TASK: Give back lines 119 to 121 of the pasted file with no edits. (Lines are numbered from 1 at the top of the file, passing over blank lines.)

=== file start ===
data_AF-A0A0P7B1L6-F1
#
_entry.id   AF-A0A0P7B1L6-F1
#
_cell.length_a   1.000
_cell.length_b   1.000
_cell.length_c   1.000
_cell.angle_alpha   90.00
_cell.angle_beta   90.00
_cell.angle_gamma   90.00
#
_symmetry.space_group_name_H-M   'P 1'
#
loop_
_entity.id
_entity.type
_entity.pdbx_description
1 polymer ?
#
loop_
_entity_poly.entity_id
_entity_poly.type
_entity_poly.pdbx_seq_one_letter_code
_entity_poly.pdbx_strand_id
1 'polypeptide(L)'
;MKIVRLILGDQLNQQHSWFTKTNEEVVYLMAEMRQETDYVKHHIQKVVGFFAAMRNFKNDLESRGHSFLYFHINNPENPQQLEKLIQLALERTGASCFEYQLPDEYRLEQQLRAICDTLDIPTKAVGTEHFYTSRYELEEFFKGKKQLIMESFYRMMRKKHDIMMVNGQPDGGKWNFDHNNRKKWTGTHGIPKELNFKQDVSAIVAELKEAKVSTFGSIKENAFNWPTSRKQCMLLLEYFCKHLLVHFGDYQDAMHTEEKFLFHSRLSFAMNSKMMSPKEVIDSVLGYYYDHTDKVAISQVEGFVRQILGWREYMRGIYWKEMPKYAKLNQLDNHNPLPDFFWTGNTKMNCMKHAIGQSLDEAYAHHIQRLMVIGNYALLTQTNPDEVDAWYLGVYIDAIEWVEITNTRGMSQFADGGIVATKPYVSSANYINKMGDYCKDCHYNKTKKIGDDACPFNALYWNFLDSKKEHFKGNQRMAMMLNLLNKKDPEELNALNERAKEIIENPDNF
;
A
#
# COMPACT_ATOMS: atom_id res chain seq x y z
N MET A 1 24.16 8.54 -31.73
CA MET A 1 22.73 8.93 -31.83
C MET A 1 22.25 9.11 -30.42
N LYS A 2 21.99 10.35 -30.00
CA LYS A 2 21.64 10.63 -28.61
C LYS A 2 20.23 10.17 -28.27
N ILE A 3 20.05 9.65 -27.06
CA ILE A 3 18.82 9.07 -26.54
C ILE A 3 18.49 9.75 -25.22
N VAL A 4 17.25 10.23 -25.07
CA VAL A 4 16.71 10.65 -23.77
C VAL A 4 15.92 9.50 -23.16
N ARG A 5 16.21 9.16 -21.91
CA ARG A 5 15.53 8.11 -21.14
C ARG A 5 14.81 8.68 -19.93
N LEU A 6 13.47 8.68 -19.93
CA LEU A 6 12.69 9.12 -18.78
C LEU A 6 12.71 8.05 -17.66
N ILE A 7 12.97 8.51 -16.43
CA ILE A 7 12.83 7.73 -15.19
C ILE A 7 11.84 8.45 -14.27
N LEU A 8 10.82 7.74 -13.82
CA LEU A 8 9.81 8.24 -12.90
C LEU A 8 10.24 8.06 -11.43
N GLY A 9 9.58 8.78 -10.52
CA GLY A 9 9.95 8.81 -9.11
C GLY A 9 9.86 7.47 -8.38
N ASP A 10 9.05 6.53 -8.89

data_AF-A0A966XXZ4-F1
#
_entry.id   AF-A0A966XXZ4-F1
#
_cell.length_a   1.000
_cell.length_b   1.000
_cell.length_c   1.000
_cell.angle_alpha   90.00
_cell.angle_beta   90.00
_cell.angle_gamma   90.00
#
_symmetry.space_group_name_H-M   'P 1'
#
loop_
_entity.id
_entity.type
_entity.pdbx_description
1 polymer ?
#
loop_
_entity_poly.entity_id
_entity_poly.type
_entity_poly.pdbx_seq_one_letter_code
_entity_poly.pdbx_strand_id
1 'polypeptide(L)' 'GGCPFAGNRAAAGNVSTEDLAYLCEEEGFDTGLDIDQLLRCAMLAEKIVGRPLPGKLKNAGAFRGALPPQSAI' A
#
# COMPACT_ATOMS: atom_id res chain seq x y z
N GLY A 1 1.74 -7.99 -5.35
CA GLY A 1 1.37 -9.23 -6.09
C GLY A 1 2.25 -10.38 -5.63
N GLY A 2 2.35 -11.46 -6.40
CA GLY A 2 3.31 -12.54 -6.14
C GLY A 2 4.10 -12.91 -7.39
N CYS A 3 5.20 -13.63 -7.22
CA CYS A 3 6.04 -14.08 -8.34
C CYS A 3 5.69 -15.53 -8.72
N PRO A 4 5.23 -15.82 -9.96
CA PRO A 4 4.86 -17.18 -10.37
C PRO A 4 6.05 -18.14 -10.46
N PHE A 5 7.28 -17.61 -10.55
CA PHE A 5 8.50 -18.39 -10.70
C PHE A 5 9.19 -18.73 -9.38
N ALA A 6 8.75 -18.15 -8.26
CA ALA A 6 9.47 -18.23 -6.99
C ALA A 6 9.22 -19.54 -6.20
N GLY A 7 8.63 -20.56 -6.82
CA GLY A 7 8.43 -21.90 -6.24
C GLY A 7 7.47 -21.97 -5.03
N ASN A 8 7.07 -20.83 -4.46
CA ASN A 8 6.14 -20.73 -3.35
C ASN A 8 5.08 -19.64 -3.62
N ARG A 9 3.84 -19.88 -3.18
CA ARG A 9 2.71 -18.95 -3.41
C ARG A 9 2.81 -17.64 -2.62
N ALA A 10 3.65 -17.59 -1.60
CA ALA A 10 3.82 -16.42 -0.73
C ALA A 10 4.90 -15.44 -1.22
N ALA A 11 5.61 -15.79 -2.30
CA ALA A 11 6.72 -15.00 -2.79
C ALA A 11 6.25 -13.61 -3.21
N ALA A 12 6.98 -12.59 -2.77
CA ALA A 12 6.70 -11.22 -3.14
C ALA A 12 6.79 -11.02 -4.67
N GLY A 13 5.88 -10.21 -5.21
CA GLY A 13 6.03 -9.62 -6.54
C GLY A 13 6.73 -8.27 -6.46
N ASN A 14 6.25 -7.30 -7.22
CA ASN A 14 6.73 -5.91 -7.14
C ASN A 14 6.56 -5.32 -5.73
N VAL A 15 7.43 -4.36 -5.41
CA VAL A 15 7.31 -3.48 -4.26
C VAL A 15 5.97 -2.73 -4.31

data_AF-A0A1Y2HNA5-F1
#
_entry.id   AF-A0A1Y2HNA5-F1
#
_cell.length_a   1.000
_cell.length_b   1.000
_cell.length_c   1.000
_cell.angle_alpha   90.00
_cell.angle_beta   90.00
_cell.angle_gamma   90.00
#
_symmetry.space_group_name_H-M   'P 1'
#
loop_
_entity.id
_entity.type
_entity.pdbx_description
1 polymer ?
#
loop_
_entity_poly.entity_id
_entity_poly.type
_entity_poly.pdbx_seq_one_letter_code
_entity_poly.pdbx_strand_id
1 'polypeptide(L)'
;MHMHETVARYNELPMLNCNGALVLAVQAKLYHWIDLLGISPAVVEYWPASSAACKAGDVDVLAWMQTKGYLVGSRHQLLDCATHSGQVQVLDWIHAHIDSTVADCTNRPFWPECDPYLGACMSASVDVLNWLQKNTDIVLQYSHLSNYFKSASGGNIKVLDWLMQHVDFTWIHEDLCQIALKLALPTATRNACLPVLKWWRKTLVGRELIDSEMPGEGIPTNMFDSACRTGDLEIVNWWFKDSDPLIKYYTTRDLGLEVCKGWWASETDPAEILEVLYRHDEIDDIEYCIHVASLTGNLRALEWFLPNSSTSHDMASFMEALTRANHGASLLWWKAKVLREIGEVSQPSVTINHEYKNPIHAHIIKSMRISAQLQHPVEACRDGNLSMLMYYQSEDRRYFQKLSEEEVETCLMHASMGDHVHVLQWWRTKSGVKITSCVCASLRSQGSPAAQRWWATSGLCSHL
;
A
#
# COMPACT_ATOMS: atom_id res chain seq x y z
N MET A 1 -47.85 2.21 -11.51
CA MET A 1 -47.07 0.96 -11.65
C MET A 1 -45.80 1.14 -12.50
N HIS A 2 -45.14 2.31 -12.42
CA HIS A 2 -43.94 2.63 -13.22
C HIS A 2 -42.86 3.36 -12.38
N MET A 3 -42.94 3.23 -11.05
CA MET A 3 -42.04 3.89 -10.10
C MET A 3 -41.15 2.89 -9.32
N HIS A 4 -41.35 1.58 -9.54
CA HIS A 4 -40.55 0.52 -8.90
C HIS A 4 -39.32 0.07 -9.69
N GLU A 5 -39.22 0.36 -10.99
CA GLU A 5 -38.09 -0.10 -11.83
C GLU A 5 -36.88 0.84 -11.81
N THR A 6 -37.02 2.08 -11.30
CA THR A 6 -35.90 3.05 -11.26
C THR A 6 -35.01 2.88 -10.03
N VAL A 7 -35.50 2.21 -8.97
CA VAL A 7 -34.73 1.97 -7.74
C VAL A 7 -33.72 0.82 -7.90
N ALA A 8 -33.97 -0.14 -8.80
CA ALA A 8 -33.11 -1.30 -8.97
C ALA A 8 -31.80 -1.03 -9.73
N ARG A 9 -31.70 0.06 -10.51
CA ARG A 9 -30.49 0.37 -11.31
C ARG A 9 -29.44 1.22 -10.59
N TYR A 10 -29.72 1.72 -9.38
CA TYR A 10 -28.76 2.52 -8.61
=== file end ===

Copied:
N ALA A 12 6.98 -12.59 -2.77
CA ALA A 12 6.70 -11.22 -3.14
C ALA A 12 6.79 -11.02 -4.67